GSD presentation: ‘Scientific Uncertainties and Moral Dilemmas’ at European Forum Alpbach

August 22 2009,
Alpbach, Austria

European Forum Alpbach

Dealing with major policy issues, such as climate change and sustainable development, involves many branches of science and technology in each of the component parts of the research and planning.

Combining these branches effectively, and making decisions that are also consistent with policy goals and perceptions of political and economic reality is the practical political challenge.

Complex systems analysis provides methodologies in which the whole policy process becomes a system, with distinct sub-systems, which as they interact, in response to inputs and feedbacks to outputs, determine much of the overall behaviour. These concepts and the detailed associated modelling tools provide insights and statistical predictions for decision makers.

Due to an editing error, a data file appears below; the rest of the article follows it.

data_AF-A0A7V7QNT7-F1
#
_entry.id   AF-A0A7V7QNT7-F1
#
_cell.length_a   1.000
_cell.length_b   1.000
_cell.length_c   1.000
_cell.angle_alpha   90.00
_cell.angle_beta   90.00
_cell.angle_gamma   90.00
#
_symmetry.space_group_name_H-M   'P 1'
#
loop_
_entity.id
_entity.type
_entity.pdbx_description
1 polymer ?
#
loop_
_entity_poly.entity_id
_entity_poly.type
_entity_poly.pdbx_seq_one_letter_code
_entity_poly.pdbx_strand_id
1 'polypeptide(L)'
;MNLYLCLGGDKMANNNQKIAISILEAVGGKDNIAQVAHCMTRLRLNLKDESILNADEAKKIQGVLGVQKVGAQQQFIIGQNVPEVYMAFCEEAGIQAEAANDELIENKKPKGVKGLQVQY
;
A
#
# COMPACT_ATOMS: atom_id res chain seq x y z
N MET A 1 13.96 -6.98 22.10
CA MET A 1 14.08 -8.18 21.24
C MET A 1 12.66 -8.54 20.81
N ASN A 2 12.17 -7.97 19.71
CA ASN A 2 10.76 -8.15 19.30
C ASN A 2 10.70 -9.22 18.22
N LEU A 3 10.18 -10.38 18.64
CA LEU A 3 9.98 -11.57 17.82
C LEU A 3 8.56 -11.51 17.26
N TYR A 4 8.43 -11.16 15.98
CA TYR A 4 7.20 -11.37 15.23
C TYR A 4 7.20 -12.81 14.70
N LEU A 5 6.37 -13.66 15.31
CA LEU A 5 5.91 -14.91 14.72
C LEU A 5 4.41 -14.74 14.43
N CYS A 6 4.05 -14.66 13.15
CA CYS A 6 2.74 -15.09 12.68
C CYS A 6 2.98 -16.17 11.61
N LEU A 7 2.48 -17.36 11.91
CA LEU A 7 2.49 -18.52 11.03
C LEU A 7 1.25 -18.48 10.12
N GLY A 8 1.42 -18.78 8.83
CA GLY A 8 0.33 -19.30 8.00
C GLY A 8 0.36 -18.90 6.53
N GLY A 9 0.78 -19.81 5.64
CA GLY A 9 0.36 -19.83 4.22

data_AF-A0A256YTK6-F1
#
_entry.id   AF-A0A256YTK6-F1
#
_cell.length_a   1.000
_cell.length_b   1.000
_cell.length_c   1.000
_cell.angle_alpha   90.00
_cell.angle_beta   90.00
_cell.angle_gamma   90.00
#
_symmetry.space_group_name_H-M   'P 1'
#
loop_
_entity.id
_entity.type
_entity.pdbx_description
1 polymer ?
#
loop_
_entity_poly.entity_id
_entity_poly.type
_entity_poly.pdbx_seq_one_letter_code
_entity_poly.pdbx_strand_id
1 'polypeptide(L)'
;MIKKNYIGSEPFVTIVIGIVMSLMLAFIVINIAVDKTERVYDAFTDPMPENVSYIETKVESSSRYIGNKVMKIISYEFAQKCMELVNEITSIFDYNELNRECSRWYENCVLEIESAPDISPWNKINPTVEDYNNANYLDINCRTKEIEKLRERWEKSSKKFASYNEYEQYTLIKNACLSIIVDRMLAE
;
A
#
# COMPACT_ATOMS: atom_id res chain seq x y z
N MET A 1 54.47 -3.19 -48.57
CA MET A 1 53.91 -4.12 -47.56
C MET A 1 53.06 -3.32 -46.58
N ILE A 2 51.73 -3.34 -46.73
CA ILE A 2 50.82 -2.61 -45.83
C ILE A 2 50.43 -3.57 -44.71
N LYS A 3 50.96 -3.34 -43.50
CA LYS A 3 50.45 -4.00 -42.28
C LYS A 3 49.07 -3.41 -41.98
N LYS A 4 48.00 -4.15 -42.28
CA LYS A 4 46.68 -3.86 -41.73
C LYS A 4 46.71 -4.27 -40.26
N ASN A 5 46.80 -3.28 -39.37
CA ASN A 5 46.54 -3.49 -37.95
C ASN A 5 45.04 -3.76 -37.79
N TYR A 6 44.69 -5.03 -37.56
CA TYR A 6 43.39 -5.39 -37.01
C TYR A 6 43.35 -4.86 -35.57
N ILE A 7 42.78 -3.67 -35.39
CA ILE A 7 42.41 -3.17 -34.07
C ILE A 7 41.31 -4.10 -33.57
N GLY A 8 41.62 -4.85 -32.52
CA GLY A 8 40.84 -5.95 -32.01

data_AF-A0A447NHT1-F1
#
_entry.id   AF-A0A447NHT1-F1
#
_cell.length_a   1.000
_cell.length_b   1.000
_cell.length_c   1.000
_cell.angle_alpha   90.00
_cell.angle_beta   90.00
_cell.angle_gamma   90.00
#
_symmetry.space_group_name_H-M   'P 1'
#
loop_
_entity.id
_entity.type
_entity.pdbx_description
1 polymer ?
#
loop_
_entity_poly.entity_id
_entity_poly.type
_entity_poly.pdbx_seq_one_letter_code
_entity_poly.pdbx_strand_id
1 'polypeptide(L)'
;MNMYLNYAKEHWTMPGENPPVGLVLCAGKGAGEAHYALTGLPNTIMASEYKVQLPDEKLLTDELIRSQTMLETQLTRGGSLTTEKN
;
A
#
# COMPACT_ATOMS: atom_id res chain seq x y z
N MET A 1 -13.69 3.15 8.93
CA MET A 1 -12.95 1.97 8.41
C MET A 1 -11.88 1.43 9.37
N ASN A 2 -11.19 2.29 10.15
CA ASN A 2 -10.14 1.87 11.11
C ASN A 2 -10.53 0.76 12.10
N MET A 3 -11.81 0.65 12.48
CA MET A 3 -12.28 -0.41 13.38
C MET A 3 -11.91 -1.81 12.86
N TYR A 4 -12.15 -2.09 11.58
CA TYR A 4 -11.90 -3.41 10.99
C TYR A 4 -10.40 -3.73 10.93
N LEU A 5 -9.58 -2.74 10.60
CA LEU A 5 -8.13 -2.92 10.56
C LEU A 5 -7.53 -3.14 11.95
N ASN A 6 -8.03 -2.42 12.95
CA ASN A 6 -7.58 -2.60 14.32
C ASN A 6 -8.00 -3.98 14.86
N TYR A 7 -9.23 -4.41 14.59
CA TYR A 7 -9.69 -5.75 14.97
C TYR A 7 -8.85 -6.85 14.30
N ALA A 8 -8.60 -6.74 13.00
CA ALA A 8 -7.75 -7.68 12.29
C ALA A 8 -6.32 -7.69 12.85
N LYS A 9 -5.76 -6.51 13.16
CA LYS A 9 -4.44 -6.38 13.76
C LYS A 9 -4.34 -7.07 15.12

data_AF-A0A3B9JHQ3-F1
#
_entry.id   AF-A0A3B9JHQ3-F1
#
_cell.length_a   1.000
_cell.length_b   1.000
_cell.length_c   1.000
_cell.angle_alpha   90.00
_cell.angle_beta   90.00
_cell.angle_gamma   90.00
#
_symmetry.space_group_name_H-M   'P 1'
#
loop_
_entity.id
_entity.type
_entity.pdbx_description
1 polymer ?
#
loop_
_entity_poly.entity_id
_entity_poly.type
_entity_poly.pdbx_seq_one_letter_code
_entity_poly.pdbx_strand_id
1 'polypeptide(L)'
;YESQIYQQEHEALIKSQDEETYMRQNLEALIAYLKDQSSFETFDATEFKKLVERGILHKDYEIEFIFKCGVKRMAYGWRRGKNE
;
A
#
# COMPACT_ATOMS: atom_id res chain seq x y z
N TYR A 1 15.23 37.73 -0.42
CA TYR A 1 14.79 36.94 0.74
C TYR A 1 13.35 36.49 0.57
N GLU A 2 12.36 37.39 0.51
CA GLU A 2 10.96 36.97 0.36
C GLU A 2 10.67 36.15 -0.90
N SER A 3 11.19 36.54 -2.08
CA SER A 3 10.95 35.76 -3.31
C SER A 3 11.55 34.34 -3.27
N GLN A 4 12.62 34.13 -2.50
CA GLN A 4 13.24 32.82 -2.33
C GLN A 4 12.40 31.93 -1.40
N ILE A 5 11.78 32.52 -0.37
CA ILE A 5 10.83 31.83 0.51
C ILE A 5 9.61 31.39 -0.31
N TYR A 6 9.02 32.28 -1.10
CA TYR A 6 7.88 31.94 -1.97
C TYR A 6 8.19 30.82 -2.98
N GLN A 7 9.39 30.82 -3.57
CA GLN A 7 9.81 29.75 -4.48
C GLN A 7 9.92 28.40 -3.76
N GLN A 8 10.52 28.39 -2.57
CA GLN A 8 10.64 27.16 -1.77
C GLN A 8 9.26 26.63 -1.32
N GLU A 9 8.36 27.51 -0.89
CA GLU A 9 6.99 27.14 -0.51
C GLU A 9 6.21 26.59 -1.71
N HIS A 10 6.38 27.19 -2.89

The question of how far systems could or should be integrated is a pivotal one, given uncertainties about data and the risks of simultaneous failure of multiple sub-systems – e.g. in certain environmental conditions. On the other hand, integrated policies sometimes have the advantage of greater public acceptance – as opinion polls suggest – which is consistent with the philosophies of Kant and H.Poincare who taught us that an idea, or a calculation, is more understandable and acceptable if it is related in some experiential way to other ideas about which we are already confident (e.g. relating uncertain climate change policies to well established environmental policies).

GSD could be used more widely, as well as deeply, to examine policy issues and this could be done openly so as to increase trust indecision-making.

Organised by Ralph Dum